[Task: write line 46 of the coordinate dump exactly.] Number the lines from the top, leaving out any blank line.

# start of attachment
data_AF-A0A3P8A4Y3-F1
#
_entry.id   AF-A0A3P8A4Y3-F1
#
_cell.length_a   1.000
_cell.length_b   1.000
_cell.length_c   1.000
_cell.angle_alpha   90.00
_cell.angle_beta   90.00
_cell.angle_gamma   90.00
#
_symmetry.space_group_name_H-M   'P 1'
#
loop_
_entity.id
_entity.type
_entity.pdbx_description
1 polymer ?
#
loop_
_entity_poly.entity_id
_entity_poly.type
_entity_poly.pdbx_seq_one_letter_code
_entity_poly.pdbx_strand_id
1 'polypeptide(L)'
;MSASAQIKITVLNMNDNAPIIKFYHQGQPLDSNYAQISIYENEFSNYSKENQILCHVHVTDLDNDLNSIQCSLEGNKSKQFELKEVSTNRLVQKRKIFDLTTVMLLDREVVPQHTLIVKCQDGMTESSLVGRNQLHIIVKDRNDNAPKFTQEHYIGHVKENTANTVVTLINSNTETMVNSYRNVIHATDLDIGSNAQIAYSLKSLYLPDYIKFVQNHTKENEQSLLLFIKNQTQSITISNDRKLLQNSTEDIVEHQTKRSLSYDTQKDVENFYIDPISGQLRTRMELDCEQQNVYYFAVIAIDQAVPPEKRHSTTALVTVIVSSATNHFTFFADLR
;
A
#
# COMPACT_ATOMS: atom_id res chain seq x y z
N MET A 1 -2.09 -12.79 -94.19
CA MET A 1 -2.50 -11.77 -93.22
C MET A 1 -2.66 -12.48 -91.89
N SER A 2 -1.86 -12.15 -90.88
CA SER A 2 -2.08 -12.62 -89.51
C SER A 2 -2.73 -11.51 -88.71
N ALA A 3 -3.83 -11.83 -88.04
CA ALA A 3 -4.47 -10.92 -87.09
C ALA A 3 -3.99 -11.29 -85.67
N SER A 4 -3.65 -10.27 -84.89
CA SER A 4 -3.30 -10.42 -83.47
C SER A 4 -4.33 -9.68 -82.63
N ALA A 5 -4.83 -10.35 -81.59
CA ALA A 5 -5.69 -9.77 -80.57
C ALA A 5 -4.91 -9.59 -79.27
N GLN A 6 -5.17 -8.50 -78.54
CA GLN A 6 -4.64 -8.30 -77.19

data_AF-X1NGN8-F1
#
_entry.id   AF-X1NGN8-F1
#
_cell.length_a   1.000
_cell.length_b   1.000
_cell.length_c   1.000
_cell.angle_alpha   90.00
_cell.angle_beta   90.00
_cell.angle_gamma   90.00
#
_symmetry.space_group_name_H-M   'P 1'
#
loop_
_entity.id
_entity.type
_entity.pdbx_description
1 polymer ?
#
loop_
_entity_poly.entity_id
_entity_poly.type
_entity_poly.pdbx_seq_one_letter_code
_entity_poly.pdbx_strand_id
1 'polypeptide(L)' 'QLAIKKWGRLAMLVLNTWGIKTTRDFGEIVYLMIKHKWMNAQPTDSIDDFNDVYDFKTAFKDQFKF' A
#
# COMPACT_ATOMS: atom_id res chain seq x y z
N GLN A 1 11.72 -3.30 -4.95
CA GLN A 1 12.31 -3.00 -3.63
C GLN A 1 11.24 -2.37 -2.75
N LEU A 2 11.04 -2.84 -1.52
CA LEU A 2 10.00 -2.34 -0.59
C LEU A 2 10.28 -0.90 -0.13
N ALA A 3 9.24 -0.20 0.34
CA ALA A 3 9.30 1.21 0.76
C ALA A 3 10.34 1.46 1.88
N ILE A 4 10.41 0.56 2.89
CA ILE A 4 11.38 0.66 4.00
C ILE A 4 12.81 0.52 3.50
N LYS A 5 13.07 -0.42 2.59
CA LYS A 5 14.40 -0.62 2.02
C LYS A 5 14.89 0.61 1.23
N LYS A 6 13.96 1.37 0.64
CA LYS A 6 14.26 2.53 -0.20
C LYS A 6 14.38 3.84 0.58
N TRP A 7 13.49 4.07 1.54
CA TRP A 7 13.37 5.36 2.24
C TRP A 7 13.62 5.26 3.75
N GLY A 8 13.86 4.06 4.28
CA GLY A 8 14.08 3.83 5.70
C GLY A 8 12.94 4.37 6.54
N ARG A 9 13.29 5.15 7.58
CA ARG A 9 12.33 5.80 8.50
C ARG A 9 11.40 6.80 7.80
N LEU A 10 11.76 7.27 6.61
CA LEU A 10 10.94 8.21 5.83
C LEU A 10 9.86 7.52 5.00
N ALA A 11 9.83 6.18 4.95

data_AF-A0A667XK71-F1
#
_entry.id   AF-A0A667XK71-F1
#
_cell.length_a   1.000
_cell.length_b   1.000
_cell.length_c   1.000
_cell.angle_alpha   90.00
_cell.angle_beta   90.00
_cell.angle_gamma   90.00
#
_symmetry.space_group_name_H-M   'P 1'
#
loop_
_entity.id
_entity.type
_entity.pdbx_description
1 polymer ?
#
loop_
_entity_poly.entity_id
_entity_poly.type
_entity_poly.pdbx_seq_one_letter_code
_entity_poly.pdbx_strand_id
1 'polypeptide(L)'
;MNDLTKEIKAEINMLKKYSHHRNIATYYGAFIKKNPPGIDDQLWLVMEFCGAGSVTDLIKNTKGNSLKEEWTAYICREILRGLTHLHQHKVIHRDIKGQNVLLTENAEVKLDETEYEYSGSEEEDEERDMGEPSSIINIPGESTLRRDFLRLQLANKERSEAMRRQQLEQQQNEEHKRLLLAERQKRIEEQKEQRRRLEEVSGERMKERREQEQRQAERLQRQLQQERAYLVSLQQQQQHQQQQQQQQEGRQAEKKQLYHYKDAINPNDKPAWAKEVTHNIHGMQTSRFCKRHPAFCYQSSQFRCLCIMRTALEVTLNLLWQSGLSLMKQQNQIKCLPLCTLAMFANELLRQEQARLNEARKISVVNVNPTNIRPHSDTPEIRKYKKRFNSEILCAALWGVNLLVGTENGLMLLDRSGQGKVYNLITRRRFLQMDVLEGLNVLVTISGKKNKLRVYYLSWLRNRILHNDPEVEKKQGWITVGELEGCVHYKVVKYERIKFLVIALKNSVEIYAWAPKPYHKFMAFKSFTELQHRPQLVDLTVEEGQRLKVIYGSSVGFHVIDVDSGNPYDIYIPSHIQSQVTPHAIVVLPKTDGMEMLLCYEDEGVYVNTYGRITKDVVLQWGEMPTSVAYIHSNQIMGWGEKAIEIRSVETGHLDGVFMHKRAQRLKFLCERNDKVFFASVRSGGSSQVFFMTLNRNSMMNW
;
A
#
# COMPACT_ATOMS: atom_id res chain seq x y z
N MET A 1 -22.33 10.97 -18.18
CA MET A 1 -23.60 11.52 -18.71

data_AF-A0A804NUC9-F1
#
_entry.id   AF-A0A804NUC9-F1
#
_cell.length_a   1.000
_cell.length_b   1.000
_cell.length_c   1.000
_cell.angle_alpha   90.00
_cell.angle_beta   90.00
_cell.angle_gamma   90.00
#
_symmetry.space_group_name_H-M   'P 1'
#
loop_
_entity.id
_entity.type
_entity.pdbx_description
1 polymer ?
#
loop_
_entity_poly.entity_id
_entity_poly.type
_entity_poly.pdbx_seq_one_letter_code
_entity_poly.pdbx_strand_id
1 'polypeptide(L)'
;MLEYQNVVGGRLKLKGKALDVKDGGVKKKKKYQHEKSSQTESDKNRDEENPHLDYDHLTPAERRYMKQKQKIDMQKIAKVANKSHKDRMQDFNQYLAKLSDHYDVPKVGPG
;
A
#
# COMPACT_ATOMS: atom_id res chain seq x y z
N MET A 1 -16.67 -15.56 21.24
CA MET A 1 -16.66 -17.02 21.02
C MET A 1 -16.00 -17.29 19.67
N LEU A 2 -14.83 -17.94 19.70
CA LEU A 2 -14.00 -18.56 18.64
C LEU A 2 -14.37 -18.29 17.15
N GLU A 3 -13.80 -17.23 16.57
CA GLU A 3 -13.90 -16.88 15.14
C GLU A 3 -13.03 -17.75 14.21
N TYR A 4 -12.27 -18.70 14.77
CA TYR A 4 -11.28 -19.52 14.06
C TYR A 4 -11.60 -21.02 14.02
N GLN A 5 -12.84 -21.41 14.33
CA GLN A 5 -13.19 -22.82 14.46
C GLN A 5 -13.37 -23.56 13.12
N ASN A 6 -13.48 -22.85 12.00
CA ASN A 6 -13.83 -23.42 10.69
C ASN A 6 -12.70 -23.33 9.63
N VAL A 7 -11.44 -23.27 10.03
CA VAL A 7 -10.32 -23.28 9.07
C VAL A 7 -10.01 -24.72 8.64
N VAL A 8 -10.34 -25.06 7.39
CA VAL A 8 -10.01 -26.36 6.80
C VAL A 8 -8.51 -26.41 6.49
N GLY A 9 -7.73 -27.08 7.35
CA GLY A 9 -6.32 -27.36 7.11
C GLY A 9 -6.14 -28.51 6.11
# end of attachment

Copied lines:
N GLN A 6 -5.17 -8.50 -78.54